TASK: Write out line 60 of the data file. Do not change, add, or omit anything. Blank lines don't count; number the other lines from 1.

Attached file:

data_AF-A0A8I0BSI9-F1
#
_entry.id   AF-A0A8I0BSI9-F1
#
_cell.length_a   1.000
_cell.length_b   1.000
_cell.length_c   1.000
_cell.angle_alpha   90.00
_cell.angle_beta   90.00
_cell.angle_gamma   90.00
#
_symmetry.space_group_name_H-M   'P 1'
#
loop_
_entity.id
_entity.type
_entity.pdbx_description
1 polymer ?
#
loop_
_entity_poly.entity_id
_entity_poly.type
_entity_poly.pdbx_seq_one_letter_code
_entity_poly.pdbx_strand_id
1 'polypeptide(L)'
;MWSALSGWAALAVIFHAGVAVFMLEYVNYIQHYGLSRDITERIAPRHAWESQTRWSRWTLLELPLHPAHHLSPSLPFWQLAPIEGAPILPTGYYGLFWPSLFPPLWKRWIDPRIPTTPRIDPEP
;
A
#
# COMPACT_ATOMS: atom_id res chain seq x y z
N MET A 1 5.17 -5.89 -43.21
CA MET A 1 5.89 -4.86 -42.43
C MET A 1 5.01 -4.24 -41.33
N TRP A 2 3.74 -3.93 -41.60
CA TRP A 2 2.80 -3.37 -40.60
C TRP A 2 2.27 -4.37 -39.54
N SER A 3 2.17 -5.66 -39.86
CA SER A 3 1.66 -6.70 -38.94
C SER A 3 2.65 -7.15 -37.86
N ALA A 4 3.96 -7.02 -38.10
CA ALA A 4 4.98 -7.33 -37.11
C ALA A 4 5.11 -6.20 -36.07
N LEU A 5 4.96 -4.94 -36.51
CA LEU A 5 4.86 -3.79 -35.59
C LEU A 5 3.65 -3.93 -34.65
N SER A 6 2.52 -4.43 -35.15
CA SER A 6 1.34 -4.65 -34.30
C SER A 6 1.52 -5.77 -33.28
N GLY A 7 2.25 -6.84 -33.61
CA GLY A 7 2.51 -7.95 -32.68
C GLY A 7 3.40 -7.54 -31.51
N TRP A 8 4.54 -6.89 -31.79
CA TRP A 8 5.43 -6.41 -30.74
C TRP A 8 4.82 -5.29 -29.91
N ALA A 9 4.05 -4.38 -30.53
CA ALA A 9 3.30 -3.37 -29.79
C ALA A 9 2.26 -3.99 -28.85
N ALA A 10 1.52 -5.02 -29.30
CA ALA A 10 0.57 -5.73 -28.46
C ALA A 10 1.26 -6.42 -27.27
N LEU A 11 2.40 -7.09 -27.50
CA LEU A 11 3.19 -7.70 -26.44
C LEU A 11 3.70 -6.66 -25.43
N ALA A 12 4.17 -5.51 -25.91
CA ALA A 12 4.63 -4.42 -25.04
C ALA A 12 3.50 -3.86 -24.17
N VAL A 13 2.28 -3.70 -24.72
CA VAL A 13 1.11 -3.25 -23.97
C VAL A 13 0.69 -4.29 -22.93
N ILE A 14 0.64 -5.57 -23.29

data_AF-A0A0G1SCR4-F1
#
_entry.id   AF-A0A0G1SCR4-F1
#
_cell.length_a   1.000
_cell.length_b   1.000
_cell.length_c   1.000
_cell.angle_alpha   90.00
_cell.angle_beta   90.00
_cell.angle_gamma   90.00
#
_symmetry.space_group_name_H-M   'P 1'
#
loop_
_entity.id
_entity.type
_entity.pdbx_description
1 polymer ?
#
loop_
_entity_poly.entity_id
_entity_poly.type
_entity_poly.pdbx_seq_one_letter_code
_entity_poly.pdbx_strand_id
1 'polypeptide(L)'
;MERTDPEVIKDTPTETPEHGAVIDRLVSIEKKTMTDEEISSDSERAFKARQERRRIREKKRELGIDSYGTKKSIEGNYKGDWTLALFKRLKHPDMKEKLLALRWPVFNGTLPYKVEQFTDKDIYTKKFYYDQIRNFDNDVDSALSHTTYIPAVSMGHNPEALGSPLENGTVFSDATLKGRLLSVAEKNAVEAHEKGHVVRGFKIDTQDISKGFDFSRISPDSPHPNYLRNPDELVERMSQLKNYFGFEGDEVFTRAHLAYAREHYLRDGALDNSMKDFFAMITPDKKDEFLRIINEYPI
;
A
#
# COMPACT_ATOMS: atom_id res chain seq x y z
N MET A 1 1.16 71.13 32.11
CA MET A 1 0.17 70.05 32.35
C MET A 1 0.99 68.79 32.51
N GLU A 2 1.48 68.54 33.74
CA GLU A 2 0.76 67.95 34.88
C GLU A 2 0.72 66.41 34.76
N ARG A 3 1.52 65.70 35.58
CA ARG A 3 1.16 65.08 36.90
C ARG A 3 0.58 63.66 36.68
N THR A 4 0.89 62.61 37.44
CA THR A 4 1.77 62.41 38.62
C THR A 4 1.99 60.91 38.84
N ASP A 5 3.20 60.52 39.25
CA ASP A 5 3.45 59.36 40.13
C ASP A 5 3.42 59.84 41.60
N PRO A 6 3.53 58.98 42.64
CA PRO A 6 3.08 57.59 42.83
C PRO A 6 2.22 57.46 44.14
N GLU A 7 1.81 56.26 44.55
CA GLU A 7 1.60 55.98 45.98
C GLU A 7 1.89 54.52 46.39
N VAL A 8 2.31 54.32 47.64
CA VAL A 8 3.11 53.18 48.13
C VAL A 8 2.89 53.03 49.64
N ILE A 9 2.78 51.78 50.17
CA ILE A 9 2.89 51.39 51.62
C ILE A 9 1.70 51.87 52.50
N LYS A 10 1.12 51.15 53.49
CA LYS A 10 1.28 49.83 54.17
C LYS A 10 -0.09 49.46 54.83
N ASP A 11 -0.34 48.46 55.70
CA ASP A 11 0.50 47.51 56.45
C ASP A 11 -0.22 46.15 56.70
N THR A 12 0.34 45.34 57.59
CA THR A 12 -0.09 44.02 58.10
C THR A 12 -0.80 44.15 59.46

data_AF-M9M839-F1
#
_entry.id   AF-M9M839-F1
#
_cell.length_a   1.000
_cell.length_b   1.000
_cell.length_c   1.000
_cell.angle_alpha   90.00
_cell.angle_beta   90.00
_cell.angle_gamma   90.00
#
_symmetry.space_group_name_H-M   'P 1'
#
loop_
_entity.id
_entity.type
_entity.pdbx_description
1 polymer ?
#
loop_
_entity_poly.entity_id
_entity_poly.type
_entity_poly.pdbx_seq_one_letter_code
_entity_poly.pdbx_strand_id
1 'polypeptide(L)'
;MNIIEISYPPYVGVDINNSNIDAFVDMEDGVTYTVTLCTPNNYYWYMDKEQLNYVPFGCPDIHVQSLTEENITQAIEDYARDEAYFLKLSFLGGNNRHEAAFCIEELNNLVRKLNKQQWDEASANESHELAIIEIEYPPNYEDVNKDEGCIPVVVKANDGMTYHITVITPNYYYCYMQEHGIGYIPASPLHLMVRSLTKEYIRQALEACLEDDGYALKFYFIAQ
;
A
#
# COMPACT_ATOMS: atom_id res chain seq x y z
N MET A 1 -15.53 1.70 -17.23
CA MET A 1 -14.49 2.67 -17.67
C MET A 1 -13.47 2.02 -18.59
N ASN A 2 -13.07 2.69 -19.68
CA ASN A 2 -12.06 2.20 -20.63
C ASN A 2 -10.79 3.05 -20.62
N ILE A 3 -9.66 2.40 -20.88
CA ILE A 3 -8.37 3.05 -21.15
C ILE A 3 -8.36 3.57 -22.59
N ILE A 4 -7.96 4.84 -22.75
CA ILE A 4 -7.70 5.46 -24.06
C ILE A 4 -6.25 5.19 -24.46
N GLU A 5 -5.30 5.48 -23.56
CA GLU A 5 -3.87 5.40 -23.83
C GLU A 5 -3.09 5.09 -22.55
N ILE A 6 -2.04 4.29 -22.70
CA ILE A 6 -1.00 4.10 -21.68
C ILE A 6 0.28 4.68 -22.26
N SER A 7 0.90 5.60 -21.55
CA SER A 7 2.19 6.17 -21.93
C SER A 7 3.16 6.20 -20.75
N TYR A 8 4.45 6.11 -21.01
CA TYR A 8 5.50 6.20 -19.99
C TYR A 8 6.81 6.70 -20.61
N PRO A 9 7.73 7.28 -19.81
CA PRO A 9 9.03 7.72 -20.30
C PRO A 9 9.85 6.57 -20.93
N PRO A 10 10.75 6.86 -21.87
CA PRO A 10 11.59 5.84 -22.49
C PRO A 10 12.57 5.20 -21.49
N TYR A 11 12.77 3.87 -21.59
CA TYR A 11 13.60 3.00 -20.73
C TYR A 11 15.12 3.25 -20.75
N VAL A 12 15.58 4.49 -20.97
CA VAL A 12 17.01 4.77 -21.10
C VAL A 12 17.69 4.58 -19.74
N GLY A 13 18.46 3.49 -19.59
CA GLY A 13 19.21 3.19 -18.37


C ALA A 10 1.26 -6.42 -27.27